FSA ELA Reading Practice Test Questions

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Grade 6FSA ELA ReadingPractice Test QuestionsThe purpose of these practice test materials is to orient teachers and studentsto the types of questions on paper-based FSA tests. By using these materials,students will become familiar with the types of items and response formatsthey may see on a paper-based test. The practice questions and answers arenot intended to demonstrate the length of the actual test, nor should studentresponses be used as an indicator of student performance on the actual test.The practice test is not intended to guide classroom instruction.Directions for Answering theELA Reading Practice Test QuestionsIf you don’t understand a question, ask your teacher to explain it to you.Your teacher has the answers to the practice test questions.

To offer students a variety of texts on the FSA ELA Reading tests, authenticand copyrighted stories, poems, and articles appear as they were originallypublished, as requested by the publisher and/or author. While thesereal-world examples do not always adhere to strict style conventions and/orgrammar rules, inconsistencies among passages should not detract fromstudents’ ability to understand and answer questions about the texts.All trademarks and trade names found in this publication are the propertyof their respective owners and are not associated with the publishers of thispublication.Every effort has been made to trace the ownership of all copyrightedmaterial and to secure the necessary permissions to reprint selections.Some items are reproduced with permission from the American Institutes forResearch as copyright holder or under license from third parties.Page 2

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FSA ELA Reading Practice Test QuestionsRead the passages “Beautiful as the Day” and “Pirate Story” andthen answer Numbers 1 through 5.Passage 1: Beautiful as the Dayby E. Nesbit1“I say, let’s take our spades and dig in the gravel-pits. We canpretend it’s seaside.”2“Father says it was once,” Anthea said; “he says there are shellsthere thousands of years old.”3So they went. Of course they had been to the edge of the gravel-pitand looked over, but they had not gone down into it for fear fathershould say they mustn’t play there, and it was the same with the chalkquarry. The gravel-pit is not really dangerous if you don’t try to climbdown the edges, but go the slow safe way round by the road, as if youwere a cart.4Each of the children carried its own spade, and took it in turns tocarry the Lamb. He was the baby, and they called him that because“Baa” was the first thing he ever said. They called Anthea “Panther,”which seems silly when you read it, but when you say it it sounds alittle like her name.5The gravel-pit is very large and wide, with grass growing round theedges at the top, and dry stringy wildflowers, purple and yellow. It islike a giant’s washbowl. And there are mounds of gravel, and holes inthe sides of the bowl where gravel has been taken out, and high up inthe steep sides there are the little holes that are the little front doors ofthe little bank-martins’1 little houses.6The children built a castle, of course, but castle-building is ratherpoor fun when you have no hope of the swishing tide ever coming in tofill up the moat and wash away the drawbridge, and, at the happy last,to wet everybody up to the waist at least.1bank-martins: small birds that make their nests in tunnels dug in clay or sandPage 4Go On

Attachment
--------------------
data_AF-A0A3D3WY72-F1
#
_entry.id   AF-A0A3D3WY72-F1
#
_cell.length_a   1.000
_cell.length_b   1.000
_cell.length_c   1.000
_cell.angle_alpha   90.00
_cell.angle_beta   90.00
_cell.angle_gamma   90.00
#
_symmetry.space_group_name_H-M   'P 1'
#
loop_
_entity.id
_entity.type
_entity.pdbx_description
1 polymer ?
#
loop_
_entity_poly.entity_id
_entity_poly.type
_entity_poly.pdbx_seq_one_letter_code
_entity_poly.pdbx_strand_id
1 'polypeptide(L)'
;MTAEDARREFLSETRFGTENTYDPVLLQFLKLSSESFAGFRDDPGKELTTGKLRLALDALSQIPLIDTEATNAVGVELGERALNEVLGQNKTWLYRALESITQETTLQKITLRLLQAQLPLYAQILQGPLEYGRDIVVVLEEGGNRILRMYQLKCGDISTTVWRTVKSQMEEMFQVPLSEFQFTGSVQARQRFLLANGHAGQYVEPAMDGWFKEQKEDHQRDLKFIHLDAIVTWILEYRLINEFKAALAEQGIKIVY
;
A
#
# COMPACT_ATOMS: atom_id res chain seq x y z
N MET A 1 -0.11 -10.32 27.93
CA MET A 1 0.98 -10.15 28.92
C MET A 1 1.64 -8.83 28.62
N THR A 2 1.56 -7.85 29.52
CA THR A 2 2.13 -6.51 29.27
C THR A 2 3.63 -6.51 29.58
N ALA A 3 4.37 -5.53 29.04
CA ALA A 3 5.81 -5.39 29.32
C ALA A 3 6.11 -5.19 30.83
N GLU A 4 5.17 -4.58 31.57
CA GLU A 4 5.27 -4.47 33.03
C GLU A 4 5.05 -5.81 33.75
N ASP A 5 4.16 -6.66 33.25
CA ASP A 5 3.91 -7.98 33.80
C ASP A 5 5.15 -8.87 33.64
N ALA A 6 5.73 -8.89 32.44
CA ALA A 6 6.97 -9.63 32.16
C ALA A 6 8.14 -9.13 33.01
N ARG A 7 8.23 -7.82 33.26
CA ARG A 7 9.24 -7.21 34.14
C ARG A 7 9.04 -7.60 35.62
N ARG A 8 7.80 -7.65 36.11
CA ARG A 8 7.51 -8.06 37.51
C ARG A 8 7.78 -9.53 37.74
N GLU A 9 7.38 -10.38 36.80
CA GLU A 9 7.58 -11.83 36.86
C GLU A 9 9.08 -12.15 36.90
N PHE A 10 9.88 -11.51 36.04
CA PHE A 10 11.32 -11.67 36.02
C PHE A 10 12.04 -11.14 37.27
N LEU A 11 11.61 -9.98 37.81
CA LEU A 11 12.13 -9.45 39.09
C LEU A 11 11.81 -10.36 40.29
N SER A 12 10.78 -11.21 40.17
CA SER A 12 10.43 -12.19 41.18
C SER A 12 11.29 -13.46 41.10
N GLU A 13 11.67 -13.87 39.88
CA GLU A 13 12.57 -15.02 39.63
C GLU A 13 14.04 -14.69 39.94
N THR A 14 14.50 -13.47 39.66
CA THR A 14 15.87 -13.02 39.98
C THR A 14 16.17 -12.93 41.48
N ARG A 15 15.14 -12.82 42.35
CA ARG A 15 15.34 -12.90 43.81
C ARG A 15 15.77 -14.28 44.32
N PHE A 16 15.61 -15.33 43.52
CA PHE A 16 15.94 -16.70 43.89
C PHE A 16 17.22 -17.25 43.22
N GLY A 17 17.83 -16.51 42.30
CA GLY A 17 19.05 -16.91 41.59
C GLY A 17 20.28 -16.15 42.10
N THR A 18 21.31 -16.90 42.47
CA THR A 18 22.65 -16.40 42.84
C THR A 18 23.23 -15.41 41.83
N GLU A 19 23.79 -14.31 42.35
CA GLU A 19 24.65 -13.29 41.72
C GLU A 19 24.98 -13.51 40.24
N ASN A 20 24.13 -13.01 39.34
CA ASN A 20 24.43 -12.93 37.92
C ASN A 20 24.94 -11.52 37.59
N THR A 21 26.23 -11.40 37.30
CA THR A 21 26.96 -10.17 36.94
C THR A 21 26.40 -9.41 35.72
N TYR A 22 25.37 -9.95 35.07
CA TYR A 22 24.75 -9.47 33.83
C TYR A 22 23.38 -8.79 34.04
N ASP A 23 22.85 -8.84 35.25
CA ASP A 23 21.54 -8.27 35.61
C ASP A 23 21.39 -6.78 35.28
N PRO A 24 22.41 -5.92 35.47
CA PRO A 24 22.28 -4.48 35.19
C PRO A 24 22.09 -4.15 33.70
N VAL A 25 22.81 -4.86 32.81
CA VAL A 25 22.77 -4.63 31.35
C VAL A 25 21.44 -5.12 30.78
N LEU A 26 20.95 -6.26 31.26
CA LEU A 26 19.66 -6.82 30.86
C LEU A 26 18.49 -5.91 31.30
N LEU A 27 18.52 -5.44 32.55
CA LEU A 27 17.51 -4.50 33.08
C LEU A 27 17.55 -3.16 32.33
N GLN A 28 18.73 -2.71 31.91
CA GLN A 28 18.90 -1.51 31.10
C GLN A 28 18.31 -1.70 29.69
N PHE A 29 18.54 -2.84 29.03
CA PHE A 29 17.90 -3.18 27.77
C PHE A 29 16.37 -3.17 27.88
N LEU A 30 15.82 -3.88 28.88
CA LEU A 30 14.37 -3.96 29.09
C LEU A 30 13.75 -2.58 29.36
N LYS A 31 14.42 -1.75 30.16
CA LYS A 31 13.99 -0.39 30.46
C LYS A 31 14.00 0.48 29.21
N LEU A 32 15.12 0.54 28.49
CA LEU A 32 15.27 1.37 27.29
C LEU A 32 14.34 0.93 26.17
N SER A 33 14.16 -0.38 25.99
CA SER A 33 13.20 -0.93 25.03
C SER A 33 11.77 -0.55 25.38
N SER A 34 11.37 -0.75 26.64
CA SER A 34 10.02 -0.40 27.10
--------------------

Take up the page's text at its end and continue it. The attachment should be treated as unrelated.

FSA ELA Reading Practice Test Questions7Cyril wanted to dig out a cave to play smugglers in, but the othersthought it might bury them alive, so it ended in all spades going towork to dig a hole through the castle to Australia. These children, yousee, believed that the world was round, and that on the other side thelittle Australian boys and girls were really walking wrong way up, likeflies on the ceiling, with their heads hanging down into the air.8The children dug and they dug and they dug, and their hands gotsandy and hot and red, and their faces got damp and shiny. The Lambhad tried to eat the sand, and had cried so hard when he found that itwas not, as he had supposed, brown sugar, that he was now tired out,and was lying asleep in a warm fat bunch in the middle of the halffinished castle. This left his brothers and sisters free to work reallyhard, and the hole that was to come out in Australia soon grew so deepthat Jane . . . begged the others to stop.9“Suppose the bottom of the hole gave way suddenly,” said she,“and you tumbled out among the little Australians, all the sand wouldget in their eyes.”10“Yes,” said Robert; “and they would hate us, and throw stones atus, and not let us see the kangaroos, or opossums, . . . or Emu Brandbirds, or anything.”11Cyril and Anthea knew that Australia was not quite so near as allthat, but they agreed to stop using the spades and to go on with theirhands. This was quite easy, because the sand at the bottom of the holewas very soft and fine and dry, like sea-sand. And there were littleshells in it.12“Fancy it having been wet sea here once, all sloppy and shiny,” saidJane, “with fishes and conger-eels and coral and mermaids.”13“And masts of ships and wrecked Spanish treasure. I wish we couldfind a gold doubloon, or something,” Cyril said.14“How did the sea get carried away?” Robert asked.15“Not in a pail, silly,” said his brother.16“Father says the earth got too hot underneath, as you do in bedsometimes, so it just hunched up its shoulders, and the sea had to slipoff, like the blankets do us, and the shoulder was left sticking out, andturned into dry land. Let’s go and look for shells; I think that little cavelooks likely, and I see something sticking out there like a bit of wreckedships anchor, and it’s beastly hot in the Australian hole.”Page 5Go On